A taste of the Via Francigena

Punto Sosta 2km, the sign read.

We looked at each other. This stop wasn’t on the app. We’d checked it faithfully the night before, and believing we’d otherwise be left dry until we reached Siena, managed to buy a couple of panini to save for breakfast before the bar in Monteriggioni closed around 7pm.

It was one of the only hostels along the route that didn’t serve breakfast as part of the night’s tariff. So we’d made coffee with our portable gas and moka pot in our big double room and eaten the panini and some foccacia we had leftover there. Furnished with antiques, with its panoramic views from the top of the walled town across the Tuscan landscape, and its own bathroom, it was somewhat different from the image conjured up by the word ‘hostel’: think multi-bed dorm rooms with shared bathrooms that I had stayed in through most of my previous travels in Europe.

True to the sign, 2km later we stumbled on Marcello’s front door: Punto Sosta La Villa.

A group of about ten Americans was there, feasting on Nutella and fresh bread, biscuits and cappuccino from a machine set up under a big outdoor area in the front yard. When you’re walking up to 30km a day, an extra sandwich for morning tea isn’t exactly going to bust your diet, so we knocked up a couple ourselves.

Retired, Marcello set up the rest point for pilgrims a few years ago after they started knocking on his door, asking for water. He says he enjoys the company and the sense of community. In return, he asks passers-by only for a donation. We left him with advice on where to next pick up some water (‘Inside the cemetery after you come out of the woods, just coming into Siena, there’s a tap’ – and there was!) and an alterative and more shady route to get there too.

That spirit of generosity and kinship was representative of our six-day trek on the Tuscan leg of the Via Francigena. Once a series of paths that provided safe and strategic passage for the Lombards, who in the 7th century were competing for territory with the Byzantines, the path was also an important trade route, and was cemented as a religious pilgrimage after its documentation by then-Archbishop of Canterbury, Sigeric the Serious when he returned to Canterbury in 990 having being ordained. His handwritten pages are still considered the authority on the route. The Via Francigena also forms part of a trinity of religious pilgrimages that stretch from Santiago di Compostela, to Rome, and finally, Jerusalem. In full, it covers more than 2000km from Canterbury to Rome, rambling through the Champagne region, the French Alps, Great War battlefields and many other sites of historic and cultural significance.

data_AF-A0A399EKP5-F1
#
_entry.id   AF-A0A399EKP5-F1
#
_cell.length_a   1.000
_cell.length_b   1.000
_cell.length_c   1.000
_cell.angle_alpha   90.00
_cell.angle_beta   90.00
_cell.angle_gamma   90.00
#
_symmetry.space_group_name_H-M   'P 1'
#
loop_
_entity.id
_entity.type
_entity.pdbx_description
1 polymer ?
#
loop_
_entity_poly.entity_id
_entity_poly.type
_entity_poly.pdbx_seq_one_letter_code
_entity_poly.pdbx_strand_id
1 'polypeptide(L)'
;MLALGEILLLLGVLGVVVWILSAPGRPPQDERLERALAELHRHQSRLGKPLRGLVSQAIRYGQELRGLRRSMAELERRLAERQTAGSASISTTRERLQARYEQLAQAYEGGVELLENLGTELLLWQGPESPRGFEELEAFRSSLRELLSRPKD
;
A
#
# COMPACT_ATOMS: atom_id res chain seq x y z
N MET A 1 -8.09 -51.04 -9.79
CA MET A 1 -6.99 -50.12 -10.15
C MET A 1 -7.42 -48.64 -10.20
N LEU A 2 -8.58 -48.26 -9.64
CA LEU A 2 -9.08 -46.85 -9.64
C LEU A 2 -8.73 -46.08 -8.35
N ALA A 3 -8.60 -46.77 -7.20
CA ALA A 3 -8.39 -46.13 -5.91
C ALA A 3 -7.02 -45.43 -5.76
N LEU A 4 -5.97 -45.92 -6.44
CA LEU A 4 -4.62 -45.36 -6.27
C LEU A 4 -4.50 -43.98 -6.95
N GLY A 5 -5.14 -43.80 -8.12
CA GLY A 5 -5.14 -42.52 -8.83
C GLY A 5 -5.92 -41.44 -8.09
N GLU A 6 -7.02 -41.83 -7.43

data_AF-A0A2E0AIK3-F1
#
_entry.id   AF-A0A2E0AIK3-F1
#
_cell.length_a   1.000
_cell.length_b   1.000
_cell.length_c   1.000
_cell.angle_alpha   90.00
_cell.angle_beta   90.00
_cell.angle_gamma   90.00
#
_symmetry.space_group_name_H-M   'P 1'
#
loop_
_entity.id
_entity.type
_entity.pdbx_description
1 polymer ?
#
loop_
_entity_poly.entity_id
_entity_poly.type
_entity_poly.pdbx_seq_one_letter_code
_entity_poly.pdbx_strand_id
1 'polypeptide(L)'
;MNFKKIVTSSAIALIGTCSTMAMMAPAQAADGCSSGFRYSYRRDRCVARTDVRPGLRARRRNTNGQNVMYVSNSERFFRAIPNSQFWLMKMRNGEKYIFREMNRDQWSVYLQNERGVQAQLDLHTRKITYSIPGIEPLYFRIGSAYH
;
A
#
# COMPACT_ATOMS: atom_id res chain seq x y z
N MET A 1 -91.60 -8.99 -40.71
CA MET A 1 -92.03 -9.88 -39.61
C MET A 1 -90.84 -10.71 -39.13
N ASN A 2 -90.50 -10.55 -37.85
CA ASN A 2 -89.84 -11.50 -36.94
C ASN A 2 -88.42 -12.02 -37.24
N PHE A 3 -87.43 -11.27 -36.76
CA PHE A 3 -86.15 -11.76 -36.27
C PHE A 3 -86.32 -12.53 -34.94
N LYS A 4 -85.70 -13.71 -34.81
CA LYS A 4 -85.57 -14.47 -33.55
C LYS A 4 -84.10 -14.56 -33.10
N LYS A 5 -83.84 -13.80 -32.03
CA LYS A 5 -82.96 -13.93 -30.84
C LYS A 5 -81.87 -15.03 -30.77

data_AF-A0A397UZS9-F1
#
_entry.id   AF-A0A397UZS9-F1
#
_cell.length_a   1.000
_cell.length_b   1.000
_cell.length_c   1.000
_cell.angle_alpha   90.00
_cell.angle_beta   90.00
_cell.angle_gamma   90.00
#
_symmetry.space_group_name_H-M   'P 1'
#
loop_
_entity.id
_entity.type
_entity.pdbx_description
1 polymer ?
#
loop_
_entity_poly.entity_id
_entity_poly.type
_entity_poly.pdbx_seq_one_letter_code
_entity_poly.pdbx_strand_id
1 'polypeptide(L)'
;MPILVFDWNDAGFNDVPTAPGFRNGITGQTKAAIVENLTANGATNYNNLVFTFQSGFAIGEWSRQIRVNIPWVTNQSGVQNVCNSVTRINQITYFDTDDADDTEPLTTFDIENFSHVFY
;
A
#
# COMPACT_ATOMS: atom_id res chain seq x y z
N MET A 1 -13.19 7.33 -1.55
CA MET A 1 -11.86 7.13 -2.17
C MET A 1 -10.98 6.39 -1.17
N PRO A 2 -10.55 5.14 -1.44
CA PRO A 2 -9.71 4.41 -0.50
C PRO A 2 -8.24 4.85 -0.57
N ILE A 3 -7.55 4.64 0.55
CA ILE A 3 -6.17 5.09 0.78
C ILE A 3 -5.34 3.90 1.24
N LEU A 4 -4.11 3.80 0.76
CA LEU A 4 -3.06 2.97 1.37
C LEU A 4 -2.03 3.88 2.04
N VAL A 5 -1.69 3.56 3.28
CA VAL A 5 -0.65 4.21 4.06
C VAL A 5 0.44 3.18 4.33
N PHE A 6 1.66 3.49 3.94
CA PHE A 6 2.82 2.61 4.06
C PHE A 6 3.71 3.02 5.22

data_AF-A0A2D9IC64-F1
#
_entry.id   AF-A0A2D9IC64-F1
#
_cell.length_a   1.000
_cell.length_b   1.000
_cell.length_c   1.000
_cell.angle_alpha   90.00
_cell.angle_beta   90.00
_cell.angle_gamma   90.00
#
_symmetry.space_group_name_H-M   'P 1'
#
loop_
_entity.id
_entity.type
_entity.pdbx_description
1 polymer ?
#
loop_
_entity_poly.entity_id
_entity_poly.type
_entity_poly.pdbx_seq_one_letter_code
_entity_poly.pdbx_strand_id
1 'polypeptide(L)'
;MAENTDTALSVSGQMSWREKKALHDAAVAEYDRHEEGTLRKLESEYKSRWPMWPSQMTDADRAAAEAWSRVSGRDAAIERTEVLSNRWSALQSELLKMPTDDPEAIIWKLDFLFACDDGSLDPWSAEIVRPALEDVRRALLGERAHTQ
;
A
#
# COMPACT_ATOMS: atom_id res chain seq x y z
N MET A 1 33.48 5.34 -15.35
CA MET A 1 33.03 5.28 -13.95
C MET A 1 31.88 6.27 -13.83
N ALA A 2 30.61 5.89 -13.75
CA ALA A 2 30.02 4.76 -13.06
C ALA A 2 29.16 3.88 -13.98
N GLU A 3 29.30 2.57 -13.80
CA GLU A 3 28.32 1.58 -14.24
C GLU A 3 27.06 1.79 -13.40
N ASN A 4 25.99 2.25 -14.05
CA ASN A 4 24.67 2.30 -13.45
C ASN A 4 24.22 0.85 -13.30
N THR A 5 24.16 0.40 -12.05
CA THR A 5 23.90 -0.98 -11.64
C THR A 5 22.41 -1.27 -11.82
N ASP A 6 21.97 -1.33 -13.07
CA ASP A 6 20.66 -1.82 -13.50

In practical terms, this religious element means much of the accommodation, at least in the 150km stretch we completed over six days is still church-owned: prices are low (we paid around 20 euro per head per night) and even in summer, beds were readily available. There is a variety of hostel and bed and breakfast style accommodation available, depending what you prefer. In bigger centres like Siena, although there are more options, I think it’s best not to deviate too far from the recommended spots, primarily because you don’t want to end up too far away from the trail itself; also because the nature of the walk lends itself to humble and relatively simple digs. It’s important to get yourself the Pilgrim Passport: a credential that gives you access to accommodation sometimes reserved for ‘official’ pilgrims. If you choose to walk with us this is something we can organise for you.

Having kicked off in San Miniato, near Pisa, we tackled one section per day. Given each of these sections is up to 30km, completing more than one per day is probably not viable, nor enjoyable.

From our departure point, we trekked to Gambassi Terme on the first night, San Gimignano on the second, then Monteriggioni, Ponte d’Arbia and San Quirico d’Orcia on the final night.

There were times during the trip when I felt like I was experiencing complete sensory overload: the views of kilometres rolling hills, vivid blue skies, wildflowers, hay bales, vineyards and old castles rendered me literally speechless. You need time to take it all in: it’s called slow travel for a reason, so don’t rush it. Part of the reason travelling by foot is so special is that you earn every kilometre, and so you can enjoy every step, getting more out of it than you ever would any other way.

The biggest surprise for me, coming from Australia, was that water and food were so readily available the whole time. We are so used to carrying our water and food with us that public fountains to fill up at, and the option to sit down at the end of the day with a glass (or bottle…) of wine and some good, local food, is both a novelty and a total joy. From a trattoria with homemade everything and the most delicious pici al pesto to a tiny bar in Ponte d’Arbia that served up one of the best antipasti plates I’ve seen – and trust me, I’ve sampled a few – we were very well fed.

I am so looking forward to getting back on this track and seeing some more of what it has to offer. I reckon we will probably pick up again from San Quirico d’Orcia and head for Radicofani. Finishing the walk into Rome is something I’d really love to do.

If you’re interested in undertaking your own guided Via Francigena experience, contact us (link).